NBA, ESPN deal drafts streaming-only service for cord-cutters
A deal between the league and Disney's sports network tees up a new service streaming NBA games even if you don't pay for cable. Just don't assume it will bring the biggest matchups to your iPhone.
Joan E. SolsmanFormer Senior Reporter
Joan E. Solsman was CNET's senior media reporter, covering the intersection of entertainment and technology. She's reported from locations spanning from Disneyland to Serbian refugee camps, and she previously wrote for Dow Jones Newswires and The Wall Street Journal. She bikes to get almost everywhere and has been doored only once.
ExpertiseStreaming video, film, television and music; virtual, augmented and mixed reality; deep fakes and synthetic media; content moderation and misinformation onlineCredentials
Three Folio Eddie award wins: 2018 science & technology writing (Cartoon bunnies are hacking your brain), 2021 analysis (Deepfakes' election threat isn't what you'd think) and 2022 culture article (Apple's CODA Takes You Into an Inner World of Sign)
NBA games are poised to make a fast break out of the pay-TV package, thanks to a deal with ESPN set to give basketball diehards and cord-cutters more games to watch online.
The pro basketball league and Disney's high-value sports network signed a nine-year licensing deal that "established a framework" for the two to launch an online-only streaming offering. The NBA will be part owner of the service, but official statements from the companies provided no further details. A representative for ESPN couldn't provide specific details about pricing, timing and content that would characterize the coming service, and the NBA didn't respond to messages.
The ESPN/NBA deal is the latest example of how businesses holding some the most valuable video content in their hands are loosening the reins for more digital offerings. For long, the live-viewing appeal of sports, lucrative fees for it and the model of "bundling" -- linking the rights for the most popular networks with niche ones -- made rights holders skittish about putting it online, or "over the top."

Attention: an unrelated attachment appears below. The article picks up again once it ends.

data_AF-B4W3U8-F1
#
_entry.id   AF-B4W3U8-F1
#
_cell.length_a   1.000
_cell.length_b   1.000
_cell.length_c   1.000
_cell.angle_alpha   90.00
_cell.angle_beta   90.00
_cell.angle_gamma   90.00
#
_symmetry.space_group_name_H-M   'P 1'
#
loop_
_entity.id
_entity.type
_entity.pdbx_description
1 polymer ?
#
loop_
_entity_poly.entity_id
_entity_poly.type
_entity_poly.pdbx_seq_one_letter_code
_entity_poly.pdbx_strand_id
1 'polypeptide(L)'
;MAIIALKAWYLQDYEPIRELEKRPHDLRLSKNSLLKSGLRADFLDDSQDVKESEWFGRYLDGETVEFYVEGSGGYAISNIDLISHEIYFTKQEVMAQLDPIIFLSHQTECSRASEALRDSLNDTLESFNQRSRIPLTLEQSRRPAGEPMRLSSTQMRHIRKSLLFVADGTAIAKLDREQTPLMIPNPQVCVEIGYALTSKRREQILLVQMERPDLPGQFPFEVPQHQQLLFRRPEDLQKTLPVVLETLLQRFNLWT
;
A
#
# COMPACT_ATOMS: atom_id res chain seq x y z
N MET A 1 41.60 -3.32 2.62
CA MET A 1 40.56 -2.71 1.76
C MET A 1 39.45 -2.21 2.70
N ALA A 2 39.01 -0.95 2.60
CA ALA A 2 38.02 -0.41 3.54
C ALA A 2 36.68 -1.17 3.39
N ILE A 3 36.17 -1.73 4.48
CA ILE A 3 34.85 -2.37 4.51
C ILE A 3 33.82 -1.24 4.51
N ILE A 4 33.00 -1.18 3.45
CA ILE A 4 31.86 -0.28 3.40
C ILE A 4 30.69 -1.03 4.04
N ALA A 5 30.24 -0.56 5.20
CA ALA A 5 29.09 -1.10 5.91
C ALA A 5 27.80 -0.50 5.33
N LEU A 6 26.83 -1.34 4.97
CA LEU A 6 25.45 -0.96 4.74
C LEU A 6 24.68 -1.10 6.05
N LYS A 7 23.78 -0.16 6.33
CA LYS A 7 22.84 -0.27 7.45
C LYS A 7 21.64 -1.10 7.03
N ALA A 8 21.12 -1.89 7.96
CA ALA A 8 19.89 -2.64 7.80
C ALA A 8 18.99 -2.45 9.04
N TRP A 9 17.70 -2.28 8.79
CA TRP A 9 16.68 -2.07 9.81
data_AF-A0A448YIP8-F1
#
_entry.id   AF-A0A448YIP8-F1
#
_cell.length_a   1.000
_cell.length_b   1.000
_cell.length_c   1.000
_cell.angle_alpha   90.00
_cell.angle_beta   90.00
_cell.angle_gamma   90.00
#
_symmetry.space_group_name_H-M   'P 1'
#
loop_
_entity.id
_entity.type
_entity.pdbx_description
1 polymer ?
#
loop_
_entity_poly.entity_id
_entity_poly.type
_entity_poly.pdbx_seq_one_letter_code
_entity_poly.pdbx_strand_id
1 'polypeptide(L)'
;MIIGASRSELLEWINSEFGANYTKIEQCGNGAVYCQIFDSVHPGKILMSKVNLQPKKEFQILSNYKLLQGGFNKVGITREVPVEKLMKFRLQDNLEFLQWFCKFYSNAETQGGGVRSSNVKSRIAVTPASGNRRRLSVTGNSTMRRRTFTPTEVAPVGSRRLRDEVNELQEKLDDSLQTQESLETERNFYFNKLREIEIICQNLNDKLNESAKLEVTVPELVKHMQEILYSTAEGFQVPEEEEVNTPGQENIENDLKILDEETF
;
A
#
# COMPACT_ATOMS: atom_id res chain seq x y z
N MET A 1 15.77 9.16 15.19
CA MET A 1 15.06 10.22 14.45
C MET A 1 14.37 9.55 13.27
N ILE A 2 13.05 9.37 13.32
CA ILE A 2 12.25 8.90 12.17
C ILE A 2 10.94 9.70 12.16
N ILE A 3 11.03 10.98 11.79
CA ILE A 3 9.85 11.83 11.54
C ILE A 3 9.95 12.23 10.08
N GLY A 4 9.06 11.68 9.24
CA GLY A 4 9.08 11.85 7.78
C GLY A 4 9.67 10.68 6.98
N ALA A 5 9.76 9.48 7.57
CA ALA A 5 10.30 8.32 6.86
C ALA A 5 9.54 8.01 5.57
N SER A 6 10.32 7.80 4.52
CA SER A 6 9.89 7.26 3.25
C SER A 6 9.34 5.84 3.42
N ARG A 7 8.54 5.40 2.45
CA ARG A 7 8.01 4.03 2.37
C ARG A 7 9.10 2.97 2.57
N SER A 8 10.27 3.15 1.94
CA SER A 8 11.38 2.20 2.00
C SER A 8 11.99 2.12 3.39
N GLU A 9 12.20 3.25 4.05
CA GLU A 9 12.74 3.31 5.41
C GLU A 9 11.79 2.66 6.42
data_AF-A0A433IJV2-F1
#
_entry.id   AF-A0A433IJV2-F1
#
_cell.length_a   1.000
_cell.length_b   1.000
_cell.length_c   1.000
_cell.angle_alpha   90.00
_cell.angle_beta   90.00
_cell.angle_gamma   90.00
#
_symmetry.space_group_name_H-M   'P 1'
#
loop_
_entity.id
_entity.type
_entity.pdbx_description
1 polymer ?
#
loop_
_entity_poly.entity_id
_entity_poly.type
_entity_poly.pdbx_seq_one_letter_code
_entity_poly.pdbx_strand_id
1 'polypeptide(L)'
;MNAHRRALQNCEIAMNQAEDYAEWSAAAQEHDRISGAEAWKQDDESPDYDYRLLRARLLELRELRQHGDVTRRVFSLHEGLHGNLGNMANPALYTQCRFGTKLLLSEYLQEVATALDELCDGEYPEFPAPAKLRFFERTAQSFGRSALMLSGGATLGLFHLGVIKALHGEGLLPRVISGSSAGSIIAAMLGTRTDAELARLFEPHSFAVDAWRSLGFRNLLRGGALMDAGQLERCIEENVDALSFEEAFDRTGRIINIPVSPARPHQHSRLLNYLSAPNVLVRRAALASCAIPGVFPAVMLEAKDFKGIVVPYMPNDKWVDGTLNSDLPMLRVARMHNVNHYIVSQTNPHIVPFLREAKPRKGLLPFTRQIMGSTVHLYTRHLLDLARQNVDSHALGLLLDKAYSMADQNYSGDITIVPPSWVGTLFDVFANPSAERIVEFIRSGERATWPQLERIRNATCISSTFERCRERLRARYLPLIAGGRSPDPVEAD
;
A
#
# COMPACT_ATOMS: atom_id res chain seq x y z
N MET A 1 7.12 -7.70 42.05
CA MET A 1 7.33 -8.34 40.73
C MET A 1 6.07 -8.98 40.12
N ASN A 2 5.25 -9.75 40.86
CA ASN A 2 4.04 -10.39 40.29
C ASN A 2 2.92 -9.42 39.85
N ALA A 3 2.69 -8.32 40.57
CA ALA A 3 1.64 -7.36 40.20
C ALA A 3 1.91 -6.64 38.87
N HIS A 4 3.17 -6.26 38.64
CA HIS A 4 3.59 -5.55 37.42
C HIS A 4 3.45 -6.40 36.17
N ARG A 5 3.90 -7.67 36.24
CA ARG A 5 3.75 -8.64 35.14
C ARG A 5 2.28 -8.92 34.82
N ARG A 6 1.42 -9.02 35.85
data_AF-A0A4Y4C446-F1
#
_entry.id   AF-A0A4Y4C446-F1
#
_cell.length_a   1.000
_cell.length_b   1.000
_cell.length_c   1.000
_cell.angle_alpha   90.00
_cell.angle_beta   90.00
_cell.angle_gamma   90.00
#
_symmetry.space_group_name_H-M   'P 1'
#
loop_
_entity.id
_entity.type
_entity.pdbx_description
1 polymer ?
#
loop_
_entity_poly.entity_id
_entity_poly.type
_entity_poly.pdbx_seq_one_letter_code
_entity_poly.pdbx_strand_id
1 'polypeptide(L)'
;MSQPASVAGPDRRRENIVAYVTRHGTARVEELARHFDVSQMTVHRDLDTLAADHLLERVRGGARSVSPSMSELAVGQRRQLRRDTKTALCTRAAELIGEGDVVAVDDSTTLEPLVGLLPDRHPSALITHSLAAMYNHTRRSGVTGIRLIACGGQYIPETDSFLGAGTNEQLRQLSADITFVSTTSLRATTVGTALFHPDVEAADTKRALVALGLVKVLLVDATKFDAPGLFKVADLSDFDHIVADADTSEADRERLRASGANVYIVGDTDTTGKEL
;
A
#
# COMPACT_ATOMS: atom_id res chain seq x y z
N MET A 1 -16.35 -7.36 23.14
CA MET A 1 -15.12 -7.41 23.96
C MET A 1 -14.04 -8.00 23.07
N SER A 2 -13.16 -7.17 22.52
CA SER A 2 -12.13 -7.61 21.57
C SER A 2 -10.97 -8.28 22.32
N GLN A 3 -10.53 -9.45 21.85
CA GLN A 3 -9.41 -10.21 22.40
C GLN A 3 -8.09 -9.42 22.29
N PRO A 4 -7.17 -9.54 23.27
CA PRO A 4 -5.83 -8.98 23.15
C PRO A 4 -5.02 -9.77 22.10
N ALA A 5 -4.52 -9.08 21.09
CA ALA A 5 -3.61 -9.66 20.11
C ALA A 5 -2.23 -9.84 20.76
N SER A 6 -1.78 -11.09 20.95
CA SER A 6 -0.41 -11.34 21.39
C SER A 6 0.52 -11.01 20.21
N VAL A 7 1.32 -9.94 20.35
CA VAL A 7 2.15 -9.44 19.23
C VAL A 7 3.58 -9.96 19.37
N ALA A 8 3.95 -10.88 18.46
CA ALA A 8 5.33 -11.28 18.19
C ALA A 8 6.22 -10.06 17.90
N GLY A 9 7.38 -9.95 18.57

However, companies like ESPN and Comcast's NBC have thrown increasing volumes of high-profile content onto the Web and often found it helped viewership rather than hurt it. The boldness only goes so far: The most sought-after programming -- in this case, in-market high-profile games -- are often held in reserve for expensive cable and satellite subscriptions.
Monday, ESPN and the NBA said that their wide-ranging licensing deal also included enhanced digital rights to provide NBA content for multiple ESPN platforms, including ESPN.com and WatchESPN, the network's app that streams the channel for people who pay for television.
The NBA also announced an agreement with Turner Broadcasting that renewed their joint management of NBA's digital assets. That includes NBA TV, NBA.com and NBA League Pass, an offering that launched in 2008 and provides "out-of-market" game streaming for $149 a season. Turner is under the umbrella of HBO-owner Time Warner.
Live sports are some of the most valuable television content for pro leagues and traditional television networks. ESPN extracts industry-topping licensing fees from cable and satellite companies to carry the programming, which researcher SNL Kagan estimates more than quadruple the fees paid to No 2 TNT. (TNT is part of Turner Broadcasting.)
Leagues, networks and the distribution companies like cable and satellite providers have feared that a cheap, "a la carte" option to watch sports would undermine the high-priced pay-TV packages that make up the foundation of the television business. But as more networks put more content online (most often in ways that shore up the pay-TV system, such as authenticating that you pay for cable to see the goods), they've generally found it to help viewership rather than hinder it. NBC and ESPN already took this leap by putting tons of extra content online for the Olympics and World Cup, respectively, only to see their ratings soar
The anxiety in the industry centers on striking the right balance between putting enough content online to keep the next generation of consumers -- those raised in a streaming world -- interested in being fans without dismantling the pay-TV system that makes most of the money for all the players in the game -- the leagues, the networks and the distributors.
That's why Monday's deals will put the NBA Finals on ABC, the early playoff games on ESPN -- and will likely leave subscribers of the coming "over-the-top" service in the lurch for all but the scraps.